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10 October 2011. MSc Public Economics 2011/12 http://darp.lse.ac.uk/ec426. Equity, Social Welfare and Taxation Frank A. Cowell. Welfare and distributional analysis. We’ve seen welfare-economics basis for redistribution as a policy objective

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## MSc Public Economics 2011/12 darp.lse.ac.uk/ec426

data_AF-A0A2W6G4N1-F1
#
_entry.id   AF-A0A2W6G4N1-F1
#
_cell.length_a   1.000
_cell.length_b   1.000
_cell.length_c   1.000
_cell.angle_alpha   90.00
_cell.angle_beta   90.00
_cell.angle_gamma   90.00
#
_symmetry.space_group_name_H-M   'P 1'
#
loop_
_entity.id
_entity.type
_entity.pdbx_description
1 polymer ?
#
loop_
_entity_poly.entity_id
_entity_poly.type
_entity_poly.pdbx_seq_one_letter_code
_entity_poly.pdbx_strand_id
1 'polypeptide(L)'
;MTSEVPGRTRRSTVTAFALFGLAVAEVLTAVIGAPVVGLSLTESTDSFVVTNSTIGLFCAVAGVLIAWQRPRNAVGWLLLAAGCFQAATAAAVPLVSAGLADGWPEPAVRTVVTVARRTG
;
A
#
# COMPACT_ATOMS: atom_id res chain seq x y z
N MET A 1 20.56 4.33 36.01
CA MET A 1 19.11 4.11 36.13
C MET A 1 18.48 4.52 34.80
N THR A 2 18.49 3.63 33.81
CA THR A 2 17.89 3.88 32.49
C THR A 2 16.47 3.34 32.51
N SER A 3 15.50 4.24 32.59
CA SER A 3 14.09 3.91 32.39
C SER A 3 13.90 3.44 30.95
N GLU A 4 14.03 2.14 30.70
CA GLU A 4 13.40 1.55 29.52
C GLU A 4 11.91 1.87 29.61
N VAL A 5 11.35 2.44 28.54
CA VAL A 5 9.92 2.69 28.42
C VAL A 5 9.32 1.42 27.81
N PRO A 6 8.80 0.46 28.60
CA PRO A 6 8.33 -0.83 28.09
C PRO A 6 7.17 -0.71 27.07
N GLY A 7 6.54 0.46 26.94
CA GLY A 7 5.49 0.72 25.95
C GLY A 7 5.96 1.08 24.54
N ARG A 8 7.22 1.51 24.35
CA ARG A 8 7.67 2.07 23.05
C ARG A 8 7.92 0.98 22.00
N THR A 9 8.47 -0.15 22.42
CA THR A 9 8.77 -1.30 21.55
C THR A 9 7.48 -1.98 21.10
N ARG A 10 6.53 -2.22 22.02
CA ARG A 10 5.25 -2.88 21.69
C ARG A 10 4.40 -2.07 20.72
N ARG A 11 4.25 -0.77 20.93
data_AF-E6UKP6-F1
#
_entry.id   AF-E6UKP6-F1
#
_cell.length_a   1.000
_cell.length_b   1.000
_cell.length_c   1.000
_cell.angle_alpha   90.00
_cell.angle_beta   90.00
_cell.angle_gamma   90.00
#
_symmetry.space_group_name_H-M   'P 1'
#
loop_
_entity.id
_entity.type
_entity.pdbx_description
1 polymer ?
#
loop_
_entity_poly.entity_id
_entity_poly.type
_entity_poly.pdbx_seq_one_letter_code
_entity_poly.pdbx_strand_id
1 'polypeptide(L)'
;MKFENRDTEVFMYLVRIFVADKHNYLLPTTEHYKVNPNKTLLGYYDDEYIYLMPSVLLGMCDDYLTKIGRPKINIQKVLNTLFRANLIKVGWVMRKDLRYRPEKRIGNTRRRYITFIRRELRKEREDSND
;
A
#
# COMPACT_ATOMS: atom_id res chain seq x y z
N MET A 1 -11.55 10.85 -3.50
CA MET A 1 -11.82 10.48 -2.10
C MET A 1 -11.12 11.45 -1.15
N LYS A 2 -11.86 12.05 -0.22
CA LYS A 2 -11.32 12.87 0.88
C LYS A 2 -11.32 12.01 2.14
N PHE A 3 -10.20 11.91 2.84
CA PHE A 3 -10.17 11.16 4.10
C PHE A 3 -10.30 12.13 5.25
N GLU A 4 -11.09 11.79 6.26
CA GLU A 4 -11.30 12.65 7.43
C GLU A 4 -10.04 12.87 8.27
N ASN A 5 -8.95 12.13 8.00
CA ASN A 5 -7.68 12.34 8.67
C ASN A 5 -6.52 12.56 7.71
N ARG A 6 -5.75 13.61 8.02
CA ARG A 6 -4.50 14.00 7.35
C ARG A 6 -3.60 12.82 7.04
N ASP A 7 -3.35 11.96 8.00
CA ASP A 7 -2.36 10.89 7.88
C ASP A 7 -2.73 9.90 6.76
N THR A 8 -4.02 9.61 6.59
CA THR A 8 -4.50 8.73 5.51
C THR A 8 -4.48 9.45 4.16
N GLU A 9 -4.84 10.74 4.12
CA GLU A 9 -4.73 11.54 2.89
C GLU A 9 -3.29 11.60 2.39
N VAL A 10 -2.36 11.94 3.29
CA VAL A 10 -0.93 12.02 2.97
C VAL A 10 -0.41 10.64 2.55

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**10 October 2011**MSc Public Economics 2011/12 http://darp.lse.ac.uk/ec426 Equity, Social Welfare and Taxation Frank A. Cowell**Welfare and distributional analysis**• We’ve seen welfare-economics basis for redistribution as a policy objective • how to assess the impact and effectiveness of such policy? • need appropriate criteria for comparing distributions of income • issues of distributional analysis (Cowell 2008, 2011) • Distributional analysis covers broad class of economic problems • inequality • social welfare • poverty • Similar techniques • rankings • measures • Four basic components need to be clarified • “income” concept • “income receiving unit” concept • a distribution • method of assessment or comparison**x**j x k x i 1: “Irene and Janet” approach • A representation with 3 incomes • Income distributions with given total X • Feasible income distributions given X • Equal income distributions Janet's income xi + xj + xk = X ray of equality • particularly appropriate in approaches to the subject based primarily upon individualistic welfare criteria Karen's income 0 Irene's income**F(x)**1 distribution function F(∙) F(x0) x 0 x0 2: The parade • Plot income against proportion of population x • Parade in ascending order of "income" / height • Related to familiar statistical concept "income" (height) • Pen (1971) • especially useful in cases where it is appropriate to adopt a parametric model of income distribution x0.8 x0.2 proportion of the population 1 0 0.2 0.8 q**Equity, Social Welfare, Taxation**Overview... Welfare axioms Rankings Basic principles of distributional comparisons Equity and social welfare Taxation and sacrifice**Social-welfare functions**• A standard approach to a method of assessment • Basic tool is a social welfare function (SWF) • Maps set of distributions into the real line • I.e. for each distribution we get one specific number • In Irene-Janet notation W = W(x1, x2,…,xn ) • Properties will depend on economic principles • Simple example of a SWF: • Total income in the economy W = Sixi • Perhaps not very interesting • Consider principles on whichSWF could be based**The approach**• There is no such thing as a “right” or “wrong” axiom • However axioms could be appropriate or inappropriate • Need some standard of “reasonableness” • For example, how do people view income distribution comparisons? • Use a simple framework to list some of the basic axioms • Assume a fixed population of size n • Assume that individual utility can be measured by x • Income normalised by equivalence scales • Rules out utility interdependence • Welfare is just a function of the vector x := (x1, x2,…,xn ) • Follow the approach of Amiel-Cowell (1999) Appendix A**SWF axioms**• Anonymity. Suppose x′ is a permutation of x. Then: W(x′) = W(x) • Population principle. W(x) W(y) W(x,x,…,x) W(y,y,…,y) • Decomposability. Suppose x' is formed by joining x with z and y' is formed by joining y with z. Then : W(x) W(y) W(x') W(y') • Monotonicity. W(x1,x2..., xi+,..., xn) >W(x1,x2,..., xi,..., xn) • Transfer principle. (Dalton 1920) Suppose xi< xj then for small : W(x1,x2..., xi+ ,..., xj ,..., xn) >W(x1,x2,..., xi,..., xn) • Scale invariance. W(x) W(y) W(lx) W(ly)**Classes of SWFs (1)**• Use axioms to characterise important classes of SWF • Anonymity and population principle imply we can write SWF in either Irene-Janet form or F form • most modern approaches use these assumptions • but may need to standardise for needs etc • Introduce decomposability and you get class of Additive SWFs W : • W(x) = Siu(xi) • or equivalently in F-form W(F) = òu(x) dF(x) • think of u(•) as social utility or social evaluation function • The class W is of great importance • But W excludes some well-known welfare criteria**Classes of SWFs (2)**• From Wwe get important subclasses • If we impose monotonicity we get • W1 ÌW: u(•) increasing • subclass where marginal social utility always positive • If we further impose the transfer principle we get • W2 ÌW1: u(•) increasing and concave • subclass where marginal social utility is positive and decreasing • We often need to use these special subclasses • Illustrate their properties with a simple example…**Equity, Social Welfare, Taxation**Overview... Welfare axioms Rankings Classes of SWF and distributional comparisons Equity and social welfare Taxation and sacrifice**Ranking and dominance**• Consider problem of comparing distributions • Introduce two simple concepts • first illustrate using the Irene-Janet representation • take income vectors x and y for a given n • First-order dominance: • y(1) > x(1), y(2) > x(2), y(3) > x(3) • Each ordered income in y larger than that in x • Second-order dominance: • y(1) > x(1), y(1)+y(2) > x(1)+x(2), y(1)+y(2) +…+ y(n) > x(1)+x(2) …+ x(n) • Each cumulated income sum in y larger than that in x • Weaker than first-order dominance • Need to generalise this a little • given anonymity, population principle can represent distributions in F-form • q: population proportion (0 ≤q≤ 1) • F(x): proportion of population with incomes ≤x • m(F): mean of distribution F**1st-Order approach**• Basic tool is the quantile, expressed as Q(F; q) := inf {x | F(x) ³ q} = xq • “smallest income such that cumulative frequency is at least as great as q” • Use this to derive a number of intuitive concepts • interquartile range, decile-ratios, semi-decile ratios • graph of Q is Pen’s Parade • Also to characterise 1st-order (quantile) dominance: • “G quantile-dominates F”means: • for every q, Q(G;q) ³Q(F;q), • for some q, Q(G;q) > Q(F;q) • A fundamental result: • G quantile-dominates F iff W(G) > W(F) for all WÎW1 Illustrate using Parade:**Parade and 1st-order dominance**• Plot quantiles against proportion of population Q(.; q) • Parade for distribution F again • Parade for distribution G G • In this case G clearly quantile-dominates F • But (as often happens) what if it doesn’t? • Try second-order method F q 1 0**2nd-Order approach**• Basic tool is the income cumulant, expressed as C(F; q) := ∫Q(F; q)x dF(x) • “The sum of incomes in the Parade, up to and including position q” • Use this to derive a number of intuitive concepts • the “shares” ranking, Gini coefficient • graph of C is the generalised Lorenz curve • Also to characterise the idea of 2nd-order (cumulant) dominance: • “G cumulant-dominates F”means: • for every q, C(G;q) ³C(F;q), • for some q, C(G;q) > C(F;q) • A fundamental result (Shorrocks 1983): • G cumulant-dominates F iff W(G) > W(F) for all WÎW2**GLC and 2nd-order dominance**• Plot cumulations against proportion of population C(.; q) • GLC for distribution F • GLC for distribution G m(G) • Intercept on vertical axis is at mean income m(F) C(G; . ) cumulative income C(F; . ) 0 q 1 0**2nd-Order approach (continued)**• A useful tool: the share of the proportion q of distribution F is L(F;q) := C(F;q) / m(F) • “income cumulation at divided q by total income” • Yields Lorenz dominance, or the “shares” ranking: • “G Lorenz-dominates F”means: • for every q, L(G;q) ³L(F;q), • for some q, L(G;q) > L(F;q) • Another fundamental result (Atkinson 1970): • For given m, G Lorenz-dominates F iff W(G) > W(F) for all W Î W2 Illustrate using Lorenz curve:**Lorenz curve and ranking**• Plot shares against proportion of population 1 • Perfect equality • Lorenz curve for distribution F • Lorenz curve for distribution G 0.8 L(.; q) 0.6 • In this case G clearly Lorenz-dominates F • So F displays more inequality than G • But (as often happens) what if it doesn’t? • No clear statement about inequality (or welfare) is possible without further information L(G;.) proportion of income 0.4 L(F;.) 0.2 0 q 0 0.2 0.4 0.6 0.8 1 proportion of population**Equity, Social Welfare, Taxation**Overview... Welfare axioms Rankings Quantifying social values Equity and social welfare Taxation and sacrifice**Equity and social welfare**• So far we have just general principles • may lead to ambiguous results • need a tighter description of social-welfare? • Consider “reduced form” of social welfare • W = W (m, I) • m = m(F) is mean of distribution F • I = I(F) is inequality of distribution F • W embodies trade-off between objectives • I can be taken as an “equity” criterion • from same roots as SWF? • or independently determined? • Consider a “natural” definition of inequality**1**L(.; q) q 0 1 Gini coefficient • Redraw Lorenz diagram • A “natural” inequality measure…? • normalised area above Lorenz curve • can express this also in I-J terms • Also (equivalently) represented as normalised difference between income pairs: • In F-form: • In Irene-Janet terms: • Intuition is neat, but • inequality index is clearly arbitrary • can we find one based on welfare criteria?**xj**xi SWF and inequality • The Irene &Janet diagram • A given distribution • Distributions with same mean • Contours of the SWF • Construct an equal distribution E such that W(E) = W(F) • Equally-Distributed Equivalent income • Social waste from inequality • contour: x values such that W(x) = const • Curvature of contour indicates society’s willingness to tolerate “efficiency loss” in pursuit of greater equality • E • F do this for special case O m(F) x(F)**An important family of SWF**• Take the W2 subclass and impose scale invariance. • Get the family of SWFs where u is iso-elastic: x1 – e– 1 u(x) = ————— , e ³ 0 1 – e • has same form as CRRA utility function • Parameter e captures society’s inequality aversion. • Similar interpretation to individual risk aversion • See Atkinson (1970)**Welfare-based inequality**• From the concept of social waste Atkinson (1970) suggested an inequality measure: x(F) I(F) = 1 – —— m(F) • Atkinson further assumed • additive SWF, W(F) = òu(x) dF(x) • isoelastic u • So inequality takes the form • But what value of inequality aversion parameter e?**Values: the issues**• SWF is central to public policy making • Practical example in HM Treasury (2003) pp 93-94 • We need to focus on two questions… • First: do people care about distribution? • Experiments suggest they do – Carlsson et al (2005) • Do social and economic factors make a difference? • Second: What is the shape of u? (Cowell-Gardiner 2000) • Direct estimates of inequality aversion • Estimates of risk aversion as proxy for inequality aversion • Indirect estimates of risk aversion • Indirect estimates of inequality aversion from choices made by government**Preferences, happiness and welfare?**• Ebert, U. and Welsch, H. (2009) • Evaluate subjective well being as a function of personal and environmental data using W form • Examine which inequality index seems to fit preferences best • Alesina et al (2004) • Use data on happiness from social survey • Construct a model of the determinants of happiness • Use this to see if income inequality makes a difference • Seems to be a difference in priorities between US and Europe US Continental Europe Share of government in GDP 30% 45% Share of transfers in GDP 11% 18% • Do people in Europe care more about inequality?**The Alesina et al model**• Ordered logit model • “Happy” is categorical: “not too happy”, “fairly happy”, “very happy” • individual, state, time, group. • Macro variables include inflation, unemployment rate • Micro variables include personal characteristics • h, m are state, time dummies • Results • People declare lower happiness levels when inequality is high. • Strong negative effect of inequality on happiness of the European poor and leftists • No effects of inequality on happiness of US poor and left-wingers • Negative effect of inequality on happiness of US rich • No differences across the American right and the European right. • No differences between the American rich and the European rich**Inequality aversion and Elasticity of MU**Consistent inequality preferences? Preference reversals (Amiel et al 2008) What value for e? from happiness studies 1.0 to 1.5 (Layard et al 2008) related to extent of inequality in the country? (Lambert et al 2003) affected by way the question is put? (Pirttilä and Uusitalo 2010) Evidence on risk aversion is mixed direct survey evidence suggests estimated relative risk-aversion 3.8 to 4.3 (Barsky et al 1997) indirect evidence (from estimated life-cycle consumption model) suggests 0.4 to 1.4 (Blundell et al 1994) in each case depends on how well-off people are**Equity, Social Welfare, Taxation**Overview... Welfare axioms Rankings Does structure of taxation make sense in welfare terms? Equity and social welfare Taxation and sacrifice**Another application of ranking**• Tax and benefit system maps one distribution into another • c = y T(y) • y: pre-tax income c: post-tax income • Use ranking tools to assess the impact of this in welfare terms • Typically this uses one or other concept of Lorenz dominance • Linked to effective tax progression • T is progressive if c Lorenz-dominates y • see Jakobsson (1976) • What Lorenz ranking would we expect to apply to these 5 concepts? original income + cash benefits gross income - direct taxes disposable income - indirect taxes post-tax income + non-cash benefits final income**Impact of Taxes and Benefits. UK 2006/7. Lorenz Curve**• + cash benefits • direct taxes • indirect taxes • + noncash benefits • Big effect from benefits side • Modest impact of taxes • Direct and indirect taxes work in opposite directions**Implied tax rates in Economic and Labour Market Review**• Formerly Economic Trends. Taxes as proportion of gross income – see Jones, (2008)**Tax-benefit example: implications**• We might have guessed the outcome of example • In most countries: • income tax progressive • so are public expenditures • but indirect tax is regressive • so Lorenz-dominance is not surprising. • In many countries there is a move toward greater reliance on indirect taxation • political convenience? • administrative simplicity? • Structure of taxation should not be haphazard • How should the y→c mapping be determined?**Tax Criteria**• What broad principles should tax reflect? • “benefit received:” pay for benefits you get through public sector • “sacrifice:” some principle of equality applied across individuals • see Neill (2000)for a reconciliation of these two • The sacrifice approach • Reflect views on equity in society. • Analyse in terms of income distribution • Compare distribution of y with distribution of y T? • Three types of question: • what’s a “fair” or “neutral” way to reduce incomes…? • when will a tax system induce L-dominance? • what is implication of imposing uniformity of sacrifice?**Amiel-Cowell (1999) approach**• The Irene &Janet diagram • Initial distribution xj • Possible directions for a “fair” tax Janet's income • 1 Scale-independent iso-inequality • 2 Translation-independent iso-inequality ray of equality • 3 “Intermediate” iso-inequality • 4 No iso-inequality direction • An iso-inequality path? • 1 Proportionate reductions are “fair” • 2 Absolute reductions are “fair” • 3 Affine reductions are “fair” • 4 Amiel-Cowell showed that individuals perceive inequality comparisons this way. • Based on Dalton (1920) conjecture xi 0 Irene's income**Tax and the Lorenz curve**• Assume a tax function T(∙) based on income • a person with income y, pays an amount T(y) • disposable income given byc := y T(y) • Compare distribution of y with that of c • will c be more equally distributed than y? • will T(∙) produce more equally distributed c than T*(∙)? • if so under what conditions? • Define residual progression of T • [dc/dy][y/c] = [1 T(y)] /[1 y /T(y)] • Disposable income under T* L-dominates that under T* iff • residual progression of T is higher than that of T*… • …for all y • see Jakobsson (1976)**A sacrifice approach**• Suppose utility function U is continuous and increasing • Definition of absolute sacrifice: • (y, T) displays at least as much (absolute) sacrifice as (y*, T*)… • …if U(y) U(yT) ≥ U(y*) U(y*T*) • Equal absolute sacrifice is scale invariant iff y1 –e– 1 U(y) = ———— 1 –e • …or a linear transformation of this • (Young 1987) • Apply sacrifice criterion to actual tax schedules T(∙) • Young (1990) does this for US tax system • Consider a UK application**Applying sacrifice approach**• Assume simple form of social welfare function • social welfare defined in terms of income • drop distinction between U and u • Use the equal absolute sacrifice principle • u(y) u(y T(y)) = const • If insist on scale invariance u is isoelastic • y1 –e [y T(y)]1 –e = const • e is again inequality aversion • Differentiate and rearrange: • y–e[1 T(y)] [y T(y)]–e = 0 • log[1 T(y)] = e log ([ y T(y) / y]) • Estimate e from actual structure T(∙) • get implied inequality aversion • For income tax (1999/2000): e = 1.414 • For IT and NIC (1999/2000): e = 1.214 • see Cowell-Gardiner (2000)**Conclusion**• Axiomatisation of welfare needs just a few basic principles • anonymity • population principle • decomposability • monotonicity • principle of transfers • Basic framework of distributional analysis can be extended to related problems: • for example inequality and poverty… • …in second term • Ranking criteria can be used to provide broad judgments • These may be indecisive, so specific SWFs could be used • scale invariant? • perhaps a value for e of around 0.7 – 2 • Welfare criteria can be used to provide taxation principles**References (1)**• Alesina, A., Di Tella, R. and MacCulloch, R (2004) “Inequality and happiness: are Europeans and Americans different?”, Journal of Public Economics, 88, 2009-2042 • Amiel, Y. and Cowell, F.A. (1999)Thinking about Inequality, Cambridge University Press • Amiel, Y., Cowell, F.A., Davidovitz, L. and Polovin, A. (2008) “Preference reversals and the analysis of income distributions,” Social Choice and Welfare, 30, 305-330 • Atkinson, A. B. (1970) “On the Measurement of Inequality,” Journal of Economic Theory, 2, 244-263 • Barsky, R. B., Juster, F. T., Kimball, M. S. and Shapiro, M. D. (1997) “Preference parameters and behavioral heterogeneity : An Experimental Approach in the Health and Retirement Survey,” Quarterly Journal of Economics, 112, 537-579 • Blundell, R., Browning, M. andMeghir, C. (1994)“Consumer Demand and the Life-Cycle Allocation of Household Expenditures,” Review of Economic Studies, 61, 57-80 • Carlsson, F., Daruvala, D. and Johansson-Stenman, O. (2005) “Are people inequality averse or just risk averse?” Economica, 72, 375-396 • Cowell, F.A. (2008) “Inequality: measurement,” The New Palgrave, second edition • * Cowell, F.A. (2011)Measuring Inequality, Oxford University Press • Cowell, F. A. and Gardiner, K.A. (2000) “Welfare Weights”, OFT Economic Research Paper 202, Office of Fair Trading, Salisbury Square, London • Dalton, H. (1920) “Measurement of the inequality of incomes,” The Economic Journal, 30, 348-361**References (2)**• Ebert, U. and Welsch, H. (2009) “How Do Europeans Evaluate Income Distributions? An Assessment Based on Happiness Surveys,” Review of Income Wealth, 55, 803-819 • HM Treasury (2003)The Green Book: Appraisal and Evaluation in Central Government (and Technical Annex), TSO, London • Jakobsson, U. (1976) “On the measurement of the degree of progression,” Journal of Public Economics, 5, 161-168 • Jones, F. (2008) “The effects of taxes and benefits on household income, 2006/07,” Economic and Labour Market Review, 2, 37-47. • Lambert, P. J., Millimet, D. L. and Slottje, D. J. (2003) “Inequality aversion and the natural rate of subjective inequality,” Journal of Public Economics,87, 1061-1090. • Layard, P. R. G., Mayraz, G. and Nickell S. J. (2008) “The marginal utility of income,” Journal of Public Economics, 92, 1846-1857. • * Neill, J. R. (2000) “The benefit and sacrifice principles of taxation: A synthesis,” Social Choice and Welfare, 17, 117-124 • Pen, J. (1971) Income Distribution, Allen Lane, The Penguin Press, London • Pirttilä, J. and Uusitalo, R. (2010) “A ‘Leaky Bucket’ in the Real World: Estimating Inequality Aversion using Survey Data,” Economica, 77, 60–76 • Shorrocks, A. F. (1983) “Ranking Income Distributions,” Economica, 50, 3-17 • Young, H. P. (1987) “Progressive taxation and the equal sacrifice principle,” Journal of Public Economics, 32, 203-212. • Young, H. P. (1990) “Progressive taxation and equal sacrifice,” American Economic Review, 80, 253-266